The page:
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Why India Lags Behind China and How It Can Bridge the Gap


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  • Arvind Panagariya


Though India has been growing at six per cent annually since the late 1980s, it trails behind China, which has been growing at ten per cent per annum since 1981. The single most important factor explaining this difference is the relatively poor performance of Indian industry. Whereas the share of industry in China's GDP rose from 42 per cent in 1991 to 51 per cent in 2001, it remained virtually stagnant in India. By contrast, services grew rapidly in India, expanding from 42 per cent in 1991 to 48 per cent in 2001. With the information technology sector less than two per cent of the GDP, services growth was largely in the informal sector. Approximately 77 per cent of India's workers live in rural areas. To bring a large chunk of this workforce into the modern sector, India must achieve a much higher growth in the traditional, unskilled-labour-intensive industry. Growth in the information technology sector gives India an extra lever but cannot be the main engine of transformation. Therefore, the right approach is to walk on two legs: traditional labour-intensive industry and the modern IT industry. Both legs need strengthening through further reforms. The paper suggests four specific reforms, three for industry and one for IT, necessary to achieve the transformation to a modern economy. Copyright 2007 The Author Journal compilation 2007 Blackwell Publishing Ltd .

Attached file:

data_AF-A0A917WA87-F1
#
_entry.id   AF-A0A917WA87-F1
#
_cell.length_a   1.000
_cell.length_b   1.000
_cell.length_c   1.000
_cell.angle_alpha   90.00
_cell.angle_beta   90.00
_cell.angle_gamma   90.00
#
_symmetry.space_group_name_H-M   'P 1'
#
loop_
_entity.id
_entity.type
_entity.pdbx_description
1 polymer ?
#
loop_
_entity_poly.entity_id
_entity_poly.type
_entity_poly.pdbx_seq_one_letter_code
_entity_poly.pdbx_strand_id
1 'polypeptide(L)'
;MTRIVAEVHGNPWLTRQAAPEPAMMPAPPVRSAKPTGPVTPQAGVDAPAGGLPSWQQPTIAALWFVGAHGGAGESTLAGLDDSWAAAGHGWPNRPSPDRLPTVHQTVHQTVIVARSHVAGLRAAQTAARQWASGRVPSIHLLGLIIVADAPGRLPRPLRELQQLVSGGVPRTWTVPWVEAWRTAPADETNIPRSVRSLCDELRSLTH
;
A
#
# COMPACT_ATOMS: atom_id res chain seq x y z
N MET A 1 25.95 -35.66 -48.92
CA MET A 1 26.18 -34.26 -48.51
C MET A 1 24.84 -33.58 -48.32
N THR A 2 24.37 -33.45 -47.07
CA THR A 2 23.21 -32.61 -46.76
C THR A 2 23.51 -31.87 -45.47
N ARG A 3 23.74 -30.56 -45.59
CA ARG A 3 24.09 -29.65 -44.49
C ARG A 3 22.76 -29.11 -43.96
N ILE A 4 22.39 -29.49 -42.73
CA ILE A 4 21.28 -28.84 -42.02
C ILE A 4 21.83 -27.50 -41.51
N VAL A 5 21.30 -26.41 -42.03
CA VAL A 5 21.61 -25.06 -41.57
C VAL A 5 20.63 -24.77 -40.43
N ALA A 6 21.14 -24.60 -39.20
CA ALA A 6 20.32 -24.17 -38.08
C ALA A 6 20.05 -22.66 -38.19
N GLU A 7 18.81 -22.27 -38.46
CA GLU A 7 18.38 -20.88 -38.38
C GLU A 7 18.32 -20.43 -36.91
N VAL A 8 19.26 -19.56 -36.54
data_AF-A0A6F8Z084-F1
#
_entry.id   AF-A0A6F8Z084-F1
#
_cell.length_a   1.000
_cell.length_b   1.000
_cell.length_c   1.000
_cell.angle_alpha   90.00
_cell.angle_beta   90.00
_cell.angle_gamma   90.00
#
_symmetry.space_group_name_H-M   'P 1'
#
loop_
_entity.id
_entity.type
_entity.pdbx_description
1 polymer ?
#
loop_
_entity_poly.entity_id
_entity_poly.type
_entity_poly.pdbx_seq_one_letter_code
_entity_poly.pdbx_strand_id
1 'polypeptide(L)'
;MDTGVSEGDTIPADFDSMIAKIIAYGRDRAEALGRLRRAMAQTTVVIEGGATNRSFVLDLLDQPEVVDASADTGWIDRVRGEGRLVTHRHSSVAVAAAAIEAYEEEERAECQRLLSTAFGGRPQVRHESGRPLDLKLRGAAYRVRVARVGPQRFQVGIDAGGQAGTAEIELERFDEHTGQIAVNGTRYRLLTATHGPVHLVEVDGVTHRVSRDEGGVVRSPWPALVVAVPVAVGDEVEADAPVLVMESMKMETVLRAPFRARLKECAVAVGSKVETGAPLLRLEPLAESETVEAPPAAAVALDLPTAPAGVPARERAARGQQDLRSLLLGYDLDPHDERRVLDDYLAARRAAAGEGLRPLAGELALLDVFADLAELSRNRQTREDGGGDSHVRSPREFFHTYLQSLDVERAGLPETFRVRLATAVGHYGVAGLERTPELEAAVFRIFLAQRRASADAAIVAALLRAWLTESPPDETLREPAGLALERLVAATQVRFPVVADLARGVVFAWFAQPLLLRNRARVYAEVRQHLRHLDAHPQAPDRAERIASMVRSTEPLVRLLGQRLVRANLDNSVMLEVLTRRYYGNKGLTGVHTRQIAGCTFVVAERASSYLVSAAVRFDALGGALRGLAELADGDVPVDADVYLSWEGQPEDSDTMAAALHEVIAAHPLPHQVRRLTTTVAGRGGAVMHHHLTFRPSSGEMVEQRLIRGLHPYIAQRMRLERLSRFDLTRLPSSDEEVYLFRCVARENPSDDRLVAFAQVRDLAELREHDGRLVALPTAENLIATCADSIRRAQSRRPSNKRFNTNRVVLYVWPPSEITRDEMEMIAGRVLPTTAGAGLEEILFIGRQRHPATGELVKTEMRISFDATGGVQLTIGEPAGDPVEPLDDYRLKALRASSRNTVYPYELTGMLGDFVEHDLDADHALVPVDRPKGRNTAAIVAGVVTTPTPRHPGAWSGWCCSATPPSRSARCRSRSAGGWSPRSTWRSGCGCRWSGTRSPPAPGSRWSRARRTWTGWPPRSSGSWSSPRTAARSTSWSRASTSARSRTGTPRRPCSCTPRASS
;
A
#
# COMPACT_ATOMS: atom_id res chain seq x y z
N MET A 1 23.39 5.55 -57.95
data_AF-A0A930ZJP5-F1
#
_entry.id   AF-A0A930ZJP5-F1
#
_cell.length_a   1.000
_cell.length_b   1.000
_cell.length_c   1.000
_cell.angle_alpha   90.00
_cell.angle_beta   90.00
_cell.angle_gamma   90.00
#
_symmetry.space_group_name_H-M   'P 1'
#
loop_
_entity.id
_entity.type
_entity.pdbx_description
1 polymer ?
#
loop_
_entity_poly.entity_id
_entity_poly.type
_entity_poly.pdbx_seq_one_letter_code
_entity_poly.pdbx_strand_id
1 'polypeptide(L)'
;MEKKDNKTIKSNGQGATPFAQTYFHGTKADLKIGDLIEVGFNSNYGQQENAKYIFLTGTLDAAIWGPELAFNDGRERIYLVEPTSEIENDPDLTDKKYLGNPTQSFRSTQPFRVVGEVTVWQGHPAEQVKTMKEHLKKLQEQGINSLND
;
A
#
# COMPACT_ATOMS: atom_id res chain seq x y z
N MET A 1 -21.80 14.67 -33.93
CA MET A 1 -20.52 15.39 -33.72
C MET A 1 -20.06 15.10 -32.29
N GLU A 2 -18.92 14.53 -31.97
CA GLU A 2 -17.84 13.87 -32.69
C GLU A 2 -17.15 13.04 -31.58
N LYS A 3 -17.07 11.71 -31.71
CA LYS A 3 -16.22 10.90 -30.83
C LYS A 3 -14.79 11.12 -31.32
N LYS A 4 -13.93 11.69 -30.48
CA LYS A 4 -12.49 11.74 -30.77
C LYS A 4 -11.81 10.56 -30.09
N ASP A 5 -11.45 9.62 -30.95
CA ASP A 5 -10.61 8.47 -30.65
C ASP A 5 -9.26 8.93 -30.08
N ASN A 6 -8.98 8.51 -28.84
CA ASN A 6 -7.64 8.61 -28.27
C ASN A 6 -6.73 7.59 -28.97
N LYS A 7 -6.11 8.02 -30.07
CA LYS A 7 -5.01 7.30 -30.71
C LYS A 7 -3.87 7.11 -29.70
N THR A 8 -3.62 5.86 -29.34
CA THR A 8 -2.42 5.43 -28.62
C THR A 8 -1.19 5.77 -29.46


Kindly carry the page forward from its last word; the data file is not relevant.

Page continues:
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Article provided by Wiley Blackwell in its journal World Economy.

Volume (Year): 30 (2007)
Issue (Month): 2 (02)
Pages: 229-248

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Handle: RePEc:bla:worlde:v:30:y:2007:i:2:p:229-248

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  1. Deepening India’s export basket
    by Keya Chaturvedi in East Asia Forum on 2014-05-17 00:00:12
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Cited by:
  1. Shishir Saxena, 2007. "Technology And Spillovers: Evidence From Indian Manufacturing Micro-Data," Development Research Unit Working Paper Series, Monash University, Department of Economics 27-07, Monash University, Department of Economics.
  2. Kan, Kamhon & Wang, Yong, 2013. "Comparing China and India: A factor accumulation perspective," Journal of Comparative Economics, Elsevier, vol. 41(3), pages 879-894.


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